This research project investigated Cockatoo Island, Sydney’s most notorious 19th century prison. I created a database of prisoners incarcerated at Cockatoo Island between 1847-69. You can use it to trace your criminal ancestor, or to research the history of punishment in post-convict era Australia.
Find your criminal ancestor in a database of more than 2500 prisoners incarcerated at Cockatoo Island between 1847 and 1869
Cockatoo Island prison opened in 1839, a year before convict transportation to New South Wales ended. This island in Sydney Harbour replaced Norfolk Island, 1500 km away in the Pacific, as the main site of ‘secondary punishment’ for convicts in the colony.
Norfolk Island was known as a ‘hell-on-earth’. Cockatoo Island was tarnished by association and its prisoners believed to be the ‘worst’ kind of criminals. The island was seen as a relic of the convict-era that had passed.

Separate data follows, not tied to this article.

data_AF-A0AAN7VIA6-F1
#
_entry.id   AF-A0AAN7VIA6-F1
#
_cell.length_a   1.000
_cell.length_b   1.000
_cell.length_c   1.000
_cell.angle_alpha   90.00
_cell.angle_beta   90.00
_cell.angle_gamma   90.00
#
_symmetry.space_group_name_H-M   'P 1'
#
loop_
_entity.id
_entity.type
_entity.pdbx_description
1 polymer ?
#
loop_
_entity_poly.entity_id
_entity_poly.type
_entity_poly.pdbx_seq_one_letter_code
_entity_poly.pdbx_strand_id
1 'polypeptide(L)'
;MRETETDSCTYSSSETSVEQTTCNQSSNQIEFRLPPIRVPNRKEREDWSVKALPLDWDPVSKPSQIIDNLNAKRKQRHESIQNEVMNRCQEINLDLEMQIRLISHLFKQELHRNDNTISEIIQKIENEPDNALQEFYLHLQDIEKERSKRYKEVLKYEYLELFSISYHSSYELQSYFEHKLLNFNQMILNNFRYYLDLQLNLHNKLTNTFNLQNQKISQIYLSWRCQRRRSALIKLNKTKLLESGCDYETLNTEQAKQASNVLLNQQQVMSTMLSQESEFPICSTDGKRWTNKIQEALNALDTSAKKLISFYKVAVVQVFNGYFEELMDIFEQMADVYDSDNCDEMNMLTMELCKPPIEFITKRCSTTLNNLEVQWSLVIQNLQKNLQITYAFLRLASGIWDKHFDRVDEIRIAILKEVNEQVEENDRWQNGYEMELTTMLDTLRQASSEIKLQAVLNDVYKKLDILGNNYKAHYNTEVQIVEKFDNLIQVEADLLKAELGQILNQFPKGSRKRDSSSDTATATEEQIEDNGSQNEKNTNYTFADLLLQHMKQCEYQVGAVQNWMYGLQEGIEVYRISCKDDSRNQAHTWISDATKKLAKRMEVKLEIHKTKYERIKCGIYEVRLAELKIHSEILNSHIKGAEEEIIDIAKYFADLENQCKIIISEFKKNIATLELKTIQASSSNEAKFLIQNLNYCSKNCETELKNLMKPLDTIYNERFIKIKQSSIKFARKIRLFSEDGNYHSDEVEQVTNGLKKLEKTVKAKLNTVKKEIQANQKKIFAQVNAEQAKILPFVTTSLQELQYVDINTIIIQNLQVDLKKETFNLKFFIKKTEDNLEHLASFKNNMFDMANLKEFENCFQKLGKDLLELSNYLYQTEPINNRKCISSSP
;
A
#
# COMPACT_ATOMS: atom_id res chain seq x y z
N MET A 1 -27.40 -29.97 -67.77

“Cockatoo Island. The confines, comprising the scum and dregs of colonial society”Empire (Sydney), 21 June 1861, p. 2
This was far from the truth. Cockatoo Island prisoners were largely convicted of minor property crimes at lower courts, or breaking regulations that meant they lost their ‘ticket-of-leave’ (right to freedom in the colony).
Cockatoo Island was more diverse than is usually recognised. Alongside British and Irish convicts, its inmates included Aboriginal Australians convicted at the frontier, Chinese immigrants, Black and Asian sailors from across the British Empire and the USA. Read more about these convict lives here.
The project ‘Criminals incapable of Reform’: Cockatoo Island Prison (Sydney), 1839-69 was funded by the Economic and Social Science Research Council.